• Todd Petrella

The Seven Deadly... Plastics

Updated: Apr 6

Plastic pollution is a huge issue that I’m sure most people are aware of. From personal experience, I can say that trying to understand the world of plastic production and its value chain and life cycle is no simple task. There’s a lot of science involved too, not surprisingly. As the world attempts to become greener and more sustainable, I thought it would be beneficial to understand what the 7 types of plastic are and how they can be handled appropriately. I always knew that there were different types, but I didn’t realize they could be broken down into 7 simple categories.

I decided to do a scavenger hunt around my house to see what types of plastic I could find. You can tell what type of plastic your item is by searching for the triangular recycling icon with any number 1 through 7 in the center. In my experience, I’ve usually found it on the bottom of plastic things.

1. Polyethylene Terephthalate (PETE)

This plastic is clear and commonly used to make bottles and jars, and is also generally accepted by recycling anywhere. In my house, it’s the most common type of plastic I have. I’ve found a bottle of honey, a jar of coffee grounds, and a bottle of BBQ sauce among many others. PETE is well known for its ability to be airtight and prevent spoilage of the contents inside. When recycled, PETE is remanufactured into new containers, carpets, and furniture. Don’t forget to remove the lid before recycling. Lids can be #4 or #5 plastics, and are recycled differently at recycling plants.

Bottom of a peanut butter jar, labeled #1 PETE

2. High Density Polyethylene (HDPE)

#2 plastic is also commonly recycled and needs to have its lids removed. I have a half gallon of lemonade, a gallon of milk, a medicine bottle, and a container of laundry detergent. All of these items mark the general checkbox for HDPE. Another way to tell if the plastic is HDPE is by its thicker feel and by bending it back. If it snaps back, you have HDPE.

#2 in the form of a medicine bottle

3. Polyvinyl Chloride (PVC-U)

This plastic is rarely recycled and seen in the form of travel bottles, toys, food trays, etc. It's also what PVC pipe is made out of, surprise surprise. In my scavenger hunt, I was able to find just a simple travel water bottle. You can tell a plastic is PVC-U by the way it breaks. If you drop a water bottle, for example, and it cracks, it will crack in a star shaped pattern. Specialized services need to recycle PVC as it seeps many dangerous chemicals as it breaks down.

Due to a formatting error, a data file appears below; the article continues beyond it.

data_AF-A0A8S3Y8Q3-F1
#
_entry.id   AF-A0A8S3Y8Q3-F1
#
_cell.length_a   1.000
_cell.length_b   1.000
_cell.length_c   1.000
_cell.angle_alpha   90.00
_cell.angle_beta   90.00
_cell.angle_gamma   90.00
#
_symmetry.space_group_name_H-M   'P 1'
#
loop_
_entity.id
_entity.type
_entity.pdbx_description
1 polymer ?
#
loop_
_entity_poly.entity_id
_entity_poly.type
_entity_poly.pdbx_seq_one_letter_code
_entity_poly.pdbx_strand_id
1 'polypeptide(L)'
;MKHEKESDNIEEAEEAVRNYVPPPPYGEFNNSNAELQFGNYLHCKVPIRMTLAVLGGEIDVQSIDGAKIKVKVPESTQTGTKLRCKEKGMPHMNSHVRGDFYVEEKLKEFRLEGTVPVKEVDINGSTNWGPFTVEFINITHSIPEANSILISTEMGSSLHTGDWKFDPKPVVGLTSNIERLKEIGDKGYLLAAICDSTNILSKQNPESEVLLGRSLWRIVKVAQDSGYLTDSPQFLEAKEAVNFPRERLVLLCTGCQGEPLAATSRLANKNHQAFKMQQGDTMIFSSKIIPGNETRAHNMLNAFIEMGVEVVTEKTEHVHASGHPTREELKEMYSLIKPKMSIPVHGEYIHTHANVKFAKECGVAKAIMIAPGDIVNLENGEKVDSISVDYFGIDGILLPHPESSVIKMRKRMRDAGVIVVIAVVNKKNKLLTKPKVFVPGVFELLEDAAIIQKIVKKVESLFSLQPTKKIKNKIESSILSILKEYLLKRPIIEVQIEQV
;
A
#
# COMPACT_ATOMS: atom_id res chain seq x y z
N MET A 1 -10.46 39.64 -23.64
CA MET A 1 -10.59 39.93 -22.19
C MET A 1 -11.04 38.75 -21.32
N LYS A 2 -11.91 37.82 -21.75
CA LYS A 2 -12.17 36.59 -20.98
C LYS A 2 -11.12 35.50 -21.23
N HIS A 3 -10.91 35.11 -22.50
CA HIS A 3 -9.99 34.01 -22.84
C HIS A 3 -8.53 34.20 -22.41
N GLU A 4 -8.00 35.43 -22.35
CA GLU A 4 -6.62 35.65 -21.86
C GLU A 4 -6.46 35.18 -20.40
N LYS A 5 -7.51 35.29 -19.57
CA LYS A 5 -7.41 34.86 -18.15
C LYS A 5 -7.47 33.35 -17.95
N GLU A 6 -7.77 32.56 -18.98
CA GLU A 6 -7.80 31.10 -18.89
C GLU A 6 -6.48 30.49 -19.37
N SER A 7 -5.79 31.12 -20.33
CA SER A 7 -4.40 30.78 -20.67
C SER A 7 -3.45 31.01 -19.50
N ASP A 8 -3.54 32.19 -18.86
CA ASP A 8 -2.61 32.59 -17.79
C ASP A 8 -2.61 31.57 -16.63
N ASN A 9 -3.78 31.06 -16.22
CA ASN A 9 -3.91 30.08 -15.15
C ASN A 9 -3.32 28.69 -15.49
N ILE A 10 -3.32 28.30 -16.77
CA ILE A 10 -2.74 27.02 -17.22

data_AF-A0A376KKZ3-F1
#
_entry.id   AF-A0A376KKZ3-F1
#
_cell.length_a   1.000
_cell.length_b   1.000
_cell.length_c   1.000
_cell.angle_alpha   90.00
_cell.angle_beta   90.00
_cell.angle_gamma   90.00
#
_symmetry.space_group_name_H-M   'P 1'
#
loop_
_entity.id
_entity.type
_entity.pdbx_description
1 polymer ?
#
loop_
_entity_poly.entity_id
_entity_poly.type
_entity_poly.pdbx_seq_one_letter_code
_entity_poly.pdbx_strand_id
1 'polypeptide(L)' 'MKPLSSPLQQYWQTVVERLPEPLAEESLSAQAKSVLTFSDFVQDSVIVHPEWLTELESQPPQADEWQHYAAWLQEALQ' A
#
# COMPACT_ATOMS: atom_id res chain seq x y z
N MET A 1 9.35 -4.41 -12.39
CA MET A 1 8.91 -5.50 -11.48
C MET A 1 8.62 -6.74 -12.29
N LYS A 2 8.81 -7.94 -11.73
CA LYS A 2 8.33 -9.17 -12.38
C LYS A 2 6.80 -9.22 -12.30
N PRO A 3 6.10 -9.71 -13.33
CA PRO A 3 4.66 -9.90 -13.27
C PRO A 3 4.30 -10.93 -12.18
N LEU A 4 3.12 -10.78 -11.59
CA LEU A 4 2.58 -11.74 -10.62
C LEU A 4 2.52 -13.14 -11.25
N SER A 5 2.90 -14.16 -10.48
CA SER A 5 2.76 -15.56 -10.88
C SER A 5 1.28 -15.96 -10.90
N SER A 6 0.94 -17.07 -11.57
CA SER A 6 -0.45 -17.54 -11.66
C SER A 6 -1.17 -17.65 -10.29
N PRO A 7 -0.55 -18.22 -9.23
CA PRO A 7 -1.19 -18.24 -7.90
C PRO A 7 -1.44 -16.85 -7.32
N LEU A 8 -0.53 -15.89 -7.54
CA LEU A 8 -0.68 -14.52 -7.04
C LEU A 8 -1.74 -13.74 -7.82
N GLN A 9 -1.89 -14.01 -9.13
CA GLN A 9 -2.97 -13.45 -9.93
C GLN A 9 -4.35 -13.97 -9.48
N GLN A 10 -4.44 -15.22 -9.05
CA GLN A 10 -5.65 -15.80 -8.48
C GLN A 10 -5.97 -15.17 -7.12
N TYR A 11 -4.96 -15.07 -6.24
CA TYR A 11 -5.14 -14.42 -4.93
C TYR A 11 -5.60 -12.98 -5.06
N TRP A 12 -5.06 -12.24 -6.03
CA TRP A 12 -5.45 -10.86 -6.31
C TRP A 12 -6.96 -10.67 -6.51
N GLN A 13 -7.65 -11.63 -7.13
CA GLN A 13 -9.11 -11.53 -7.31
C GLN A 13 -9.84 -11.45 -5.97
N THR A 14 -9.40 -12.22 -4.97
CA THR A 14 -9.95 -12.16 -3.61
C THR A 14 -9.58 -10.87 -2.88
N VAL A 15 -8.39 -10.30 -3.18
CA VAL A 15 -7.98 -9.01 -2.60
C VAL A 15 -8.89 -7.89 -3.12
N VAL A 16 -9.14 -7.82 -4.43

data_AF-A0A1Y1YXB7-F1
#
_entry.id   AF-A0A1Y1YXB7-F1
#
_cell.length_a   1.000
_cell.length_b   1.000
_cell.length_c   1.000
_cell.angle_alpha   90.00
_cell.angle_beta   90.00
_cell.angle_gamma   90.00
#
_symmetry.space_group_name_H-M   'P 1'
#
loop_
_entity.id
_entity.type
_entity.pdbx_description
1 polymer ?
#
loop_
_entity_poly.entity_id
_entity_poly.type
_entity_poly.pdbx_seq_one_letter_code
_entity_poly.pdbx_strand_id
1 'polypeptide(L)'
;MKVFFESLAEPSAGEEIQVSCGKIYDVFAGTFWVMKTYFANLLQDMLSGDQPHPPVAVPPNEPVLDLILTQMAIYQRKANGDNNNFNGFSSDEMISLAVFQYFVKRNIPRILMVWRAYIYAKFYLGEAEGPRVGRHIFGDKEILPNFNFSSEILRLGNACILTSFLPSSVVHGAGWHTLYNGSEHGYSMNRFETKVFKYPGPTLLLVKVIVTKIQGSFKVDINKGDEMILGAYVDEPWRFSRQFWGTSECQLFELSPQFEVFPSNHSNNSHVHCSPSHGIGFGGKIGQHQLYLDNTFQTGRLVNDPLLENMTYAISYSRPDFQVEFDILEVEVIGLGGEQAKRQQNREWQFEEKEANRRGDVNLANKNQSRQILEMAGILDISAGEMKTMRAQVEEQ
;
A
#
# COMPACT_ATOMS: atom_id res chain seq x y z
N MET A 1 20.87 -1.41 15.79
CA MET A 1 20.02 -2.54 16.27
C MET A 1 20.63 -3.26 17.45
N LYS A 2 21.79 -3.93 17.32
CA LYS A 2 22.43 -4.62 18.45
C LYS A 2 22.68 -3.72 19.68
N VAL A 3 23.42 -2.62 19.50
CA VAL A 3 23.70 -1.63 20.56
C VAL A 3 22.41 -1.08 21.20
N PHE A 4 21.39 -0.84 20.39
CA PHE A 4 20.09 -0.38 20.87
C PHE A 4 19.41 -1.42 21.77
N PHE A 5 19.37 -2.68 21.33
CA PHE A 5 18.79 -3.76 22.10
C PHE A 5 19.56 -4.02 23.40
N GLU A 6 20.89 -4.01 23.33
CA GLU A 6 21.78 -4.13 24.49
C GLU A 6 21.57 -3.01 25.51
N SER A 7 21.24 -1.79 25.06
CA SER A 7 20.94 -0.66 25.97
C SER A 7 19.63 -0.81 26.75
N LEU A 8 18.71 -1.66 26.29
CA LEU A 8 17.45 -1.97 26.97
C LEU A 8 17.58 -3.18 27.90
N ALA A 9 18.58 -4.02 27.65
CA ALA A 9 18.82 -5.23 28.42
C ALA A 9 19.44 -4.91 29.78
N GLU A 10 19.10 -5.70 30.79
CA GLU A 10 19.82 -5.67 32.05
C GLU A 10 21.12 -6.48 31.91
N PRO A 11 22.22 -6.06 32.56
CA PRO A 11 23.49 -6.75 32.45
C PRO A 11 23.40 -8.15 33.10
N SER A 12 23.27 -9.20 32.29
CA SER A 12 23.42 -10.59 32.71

4. Low Density Polyethylene (LDPE)

LDPE is the simplest plastic to produce and is used to make thin plastic items like bags, plastic wrap, and frozen food containers. I have what is referred to as “The Bag” in my closet, a plastic bag that holds all my other plastic bags bundled up into balls. LDPE shopping bags can be returned to the store that they were brought from, which will then be reprocessed and reused as new bags at the store.

"The Bag"

5. Polypropylene (PP)

I have heard of PP prior to learning about all the different types of plastic. However, I didn’t know that it was a form of plastic. What can I say? I didn’t do well in chemistry in high school. PP is used to make bottle caps, soda cups, pill bottles, butter and margarine tubs, etc. Consequently, those are all items I’ve found in my scavenger hunt. PP isn’t generally recycled, but check your local recycling guidelines to find out how to recycle this plastic.

A Tupperware container, marked with #5 PP

6. Polystyrene (PS)

We all know what polystyrene is by its street name: Styrofoam. Styrofoam is used to make parcel packaging, cups and plates, and insulated coolers. Like PP, PS is not generally recycled, so be sure to check your local guidelines to properly dispose of this material

7. Other

Type 7 plastic is classified as any other plastic that is not on this list. These plastics are referred to as household plastics. They are tough, and will most likely shatter if too much pressure is applied to them. As I typed that sentence, I was reminded of sitting on the porch many summers ago, and the iconic CRACK that echoed through the air when the plastic chair I slumped into snapped and broke. Now that I think about it, that was most likely a #7 plastic. These items also tend to come with their own recycling instructions, so be sure to recycle your item according to its guidelines.

Now, you know what all the basic types of plastic are, and how to get rid of them the right way. Understanding the basics will help out in the long run when it comes to cutting down on our plastic usage and becoming more sustainable.

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